Zooey Deschanel finds music a (Pooh) bear necessity
By Steve Pond
LOS ANGELES (Reuters) - Writing a song for a Disney animated film puts a songwriter into a long and legendary line that has produced 30 nominations and 10 wins going back to "When You Wish Upon a Star" in 1940.
And writing a song for a "Winnie the Pooh" movie is just as daunting a task, because it requires a songwriter to follow in the footsteps of Richard and Robert Sherman, who penned the well-known "Pooh" theme song and also wrote "Chim Chim Cher-ee," "Supercalifragilisticexpialidocious," "It's a Small World" and "I Wan'na Be Like You," among many others.
"The tradition of music in Disney animated films is pretty spectacular. But I tried not to think about it, because I might be overwhelmed if I did," said actress and singer-songwriter Zooey Deschanel, who couldn't exactly ignore that history when she was drafted to contribute to this year's Disney version of the A.A. Milne stories.
Her initial task, after all, was to record a new version of the Sherman brothers' theme song. When that went well, she was asked to write and record an end-credits song, which turned out to be "So Long," one of the film's two Oscar entries. And after that, she was asked to contribute vocals to other songs in the film ... all while finishing a tour with her band, She and Him, and getting ready to begin filming her new TV series, "The New Girl."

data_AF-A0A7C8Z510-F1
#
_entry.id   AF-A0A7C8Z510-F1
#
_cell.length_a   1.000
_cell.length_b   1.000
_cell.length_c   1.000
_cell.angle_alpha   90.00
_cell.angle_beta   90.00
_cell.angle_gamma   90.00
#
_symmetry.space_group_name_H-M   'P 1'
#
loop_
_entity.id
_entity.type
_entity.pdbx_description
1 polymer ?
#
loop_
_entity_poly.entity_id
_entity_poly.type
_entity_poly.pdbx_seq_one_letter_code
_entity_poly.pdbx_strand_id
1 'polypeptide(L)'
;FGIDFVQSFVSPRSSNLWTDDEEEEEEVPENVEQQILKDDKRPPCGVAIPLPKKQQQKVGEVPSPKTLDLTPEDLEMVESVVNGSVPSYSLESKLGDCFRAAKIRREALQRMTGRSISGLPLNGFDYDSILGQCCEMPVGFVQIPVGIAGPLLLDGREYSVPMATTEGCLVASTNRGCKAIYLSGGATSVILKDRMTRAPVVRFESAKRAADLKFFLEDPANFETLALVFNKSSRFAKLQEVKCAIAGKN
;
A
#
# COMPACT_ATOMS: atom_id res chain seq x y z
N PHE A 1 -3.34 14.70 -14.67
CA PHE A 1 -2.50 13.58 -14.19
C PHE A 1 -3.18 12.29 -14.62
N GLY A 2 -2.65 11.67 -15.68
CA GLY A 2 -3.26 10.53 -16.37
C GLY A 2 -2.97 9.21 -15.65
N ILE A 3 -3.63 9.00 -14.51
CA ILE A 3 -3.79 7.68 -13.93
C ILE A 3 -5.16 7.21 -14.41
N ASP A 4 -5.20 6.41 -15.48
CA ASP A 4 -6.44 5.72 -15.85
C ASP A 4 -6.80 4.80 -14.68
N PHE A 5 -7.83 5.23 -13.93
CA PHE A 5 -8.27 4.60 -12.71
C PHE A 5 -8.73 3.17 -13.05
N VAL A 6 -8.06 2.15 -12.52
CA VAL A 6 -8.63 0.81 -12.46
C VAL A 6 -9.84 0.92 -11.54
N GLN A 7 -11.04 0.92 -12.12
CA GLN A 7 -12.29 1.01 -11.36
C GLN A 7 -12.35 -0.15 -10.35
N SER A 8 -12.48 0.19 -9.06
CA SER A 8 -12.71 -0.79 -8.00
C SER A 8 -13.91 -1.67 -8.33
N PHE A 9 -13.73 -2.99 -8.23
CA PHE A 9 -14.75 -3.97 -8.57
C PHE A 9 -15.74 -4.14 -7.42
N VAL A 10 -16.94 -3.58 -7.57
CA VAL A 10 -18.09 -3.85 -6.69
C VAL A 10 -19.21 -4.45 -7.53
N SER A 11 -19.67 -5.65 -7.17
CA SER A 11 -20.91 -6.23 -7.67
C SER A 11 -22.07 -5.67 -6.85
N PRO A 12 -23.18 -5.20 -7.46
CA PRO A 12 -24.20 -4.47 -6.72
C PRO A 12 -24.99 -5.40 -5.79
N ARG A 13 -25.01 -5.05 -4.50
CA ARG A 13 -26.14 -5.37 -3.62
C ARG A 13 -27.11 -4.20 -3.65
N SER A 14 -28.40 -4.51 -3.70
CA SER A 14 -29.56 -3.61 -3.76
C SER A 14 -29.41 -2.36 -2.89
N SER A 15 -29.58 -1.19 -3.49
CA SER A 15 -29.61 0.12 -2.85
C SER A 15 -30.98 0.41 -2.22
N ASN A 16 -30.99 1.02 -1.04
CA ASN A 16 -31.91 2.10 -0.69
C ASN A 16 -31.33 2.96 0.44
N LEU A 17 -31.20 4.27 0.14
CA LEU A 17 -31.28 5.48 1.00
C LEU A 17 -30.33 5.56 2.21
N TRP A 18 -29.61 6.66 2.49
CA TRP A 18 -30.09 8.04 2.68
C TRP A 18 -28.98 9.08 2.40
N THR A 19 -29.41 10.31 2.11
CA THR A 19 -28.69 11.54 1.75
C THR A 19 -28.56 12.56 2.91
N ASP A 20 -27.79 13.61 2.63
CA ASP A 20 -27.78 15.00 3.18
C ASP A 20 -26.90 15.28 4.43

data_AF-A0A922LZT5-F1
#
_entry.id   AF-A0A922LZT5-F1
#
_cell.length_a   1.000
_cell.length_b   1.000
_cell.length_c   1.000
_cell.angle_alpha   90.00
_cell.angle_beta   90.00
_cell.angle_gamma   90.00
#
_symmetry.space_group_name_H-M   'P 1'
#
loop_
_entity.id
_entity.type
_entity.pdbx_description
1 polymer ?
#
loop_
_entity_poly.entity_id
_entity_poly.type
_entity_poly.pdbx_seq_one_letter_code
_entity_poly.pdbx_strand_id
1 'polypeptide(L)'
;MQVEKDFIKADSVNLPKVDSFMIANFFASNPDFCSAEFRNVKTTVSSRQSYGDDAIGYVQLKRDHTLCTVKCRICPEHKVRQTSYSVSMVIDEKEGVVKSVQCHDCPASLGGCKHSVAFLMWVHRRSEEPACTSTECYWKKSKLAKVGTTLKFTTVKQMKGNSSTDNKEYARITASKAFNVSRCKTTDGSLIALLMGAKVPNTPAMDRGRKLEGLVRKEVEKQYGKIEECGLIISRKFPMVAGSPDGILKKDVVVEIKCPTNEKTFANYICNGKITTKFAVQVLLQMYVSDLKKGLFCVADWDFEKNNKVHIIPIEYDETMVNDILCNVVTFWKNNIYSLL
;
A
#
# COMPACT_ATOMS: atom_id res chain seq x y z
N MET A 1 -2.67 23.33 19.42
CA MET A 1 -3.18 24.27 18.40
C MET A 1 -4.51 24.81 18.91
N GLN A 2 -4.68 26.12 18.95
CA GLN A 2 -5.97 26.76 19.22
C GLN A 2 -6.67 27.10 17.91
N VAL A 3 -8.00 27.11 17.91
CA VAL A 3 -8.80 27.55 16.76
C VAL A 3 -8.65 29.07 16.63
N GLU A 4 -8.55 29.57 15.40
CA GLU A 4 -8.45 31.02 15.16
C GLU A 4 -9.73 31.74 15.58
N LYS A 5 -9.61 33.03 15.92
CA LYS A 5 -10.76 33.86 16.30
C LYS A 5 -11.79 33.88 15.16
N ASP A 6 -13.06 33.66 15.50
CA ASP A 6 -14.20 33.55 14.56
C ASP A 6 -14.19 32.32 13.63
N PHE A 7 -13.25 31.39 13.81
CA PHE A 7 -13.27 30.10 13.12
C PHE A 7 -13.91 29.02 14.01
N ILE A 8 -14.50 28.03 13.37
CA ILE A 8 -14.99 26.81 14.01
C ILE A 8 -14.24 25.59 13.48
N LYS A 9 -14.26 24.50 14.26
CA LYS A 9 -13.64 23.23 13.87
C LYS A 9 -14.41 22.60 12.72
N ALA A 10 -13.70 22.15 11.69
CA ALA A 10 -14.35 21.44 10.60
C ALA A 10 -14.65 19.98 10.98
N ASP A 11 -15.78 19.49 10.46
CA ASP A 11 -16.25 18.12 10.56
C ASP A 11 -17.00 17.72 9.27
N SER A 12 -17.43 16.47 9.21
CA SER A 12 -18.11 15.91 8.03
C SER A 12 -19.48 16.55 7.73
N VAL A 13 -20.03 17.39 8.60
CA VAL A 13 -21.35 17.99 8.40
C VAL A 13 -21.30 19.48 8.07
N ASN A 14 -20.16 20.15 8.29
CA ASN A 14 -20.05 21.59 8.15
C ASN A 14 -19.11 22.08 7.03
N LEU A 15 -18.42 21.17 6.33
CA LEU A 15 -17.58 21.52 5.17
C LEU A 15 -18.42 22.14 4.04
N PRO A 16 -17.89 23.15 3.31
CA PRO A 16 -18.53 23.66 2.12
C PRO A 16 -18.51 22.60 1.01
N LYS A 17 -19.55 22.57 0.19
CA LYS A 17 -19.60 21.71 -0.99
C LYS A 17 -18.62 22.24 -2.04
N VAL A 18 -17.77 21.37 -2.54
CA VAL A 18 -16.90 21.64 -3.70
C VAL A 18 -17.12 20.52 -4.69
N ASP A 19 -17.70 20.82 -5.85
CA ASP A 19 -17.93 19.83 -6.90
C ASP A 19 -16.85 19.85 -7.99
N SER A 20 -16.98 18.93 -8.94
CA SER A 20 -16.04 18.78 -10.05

"It kind of happened in little bits and pieces over the course of the year," Deschanel told TheWrap.
"That's the thing with music for me. Songwriting was always something that I did in my private time as a release, very much on my own. It didn't come out into the world until later in my life. But now, as my schedule has gotten so weird and so busy, I feel like I need to keep going back to it."
Deschanel first got involved with "Winnie the Pooh" when music supervisor Tom McDougall showed her a 10-minute segment that had been cut to a She and Him song, and asked if she'd record the title song. She enlisted bandmate Matt Ward (who goes by M. Ward) to produce, and settled on an approach to a song whose original version was recorded by a large chorus of anonymous singers.
"I think there was something that Matt and I saw in that song that we could pull out, that wasn't really focused on in the original recording," she said. "That was the warmth and the intimacy of the song. Continued...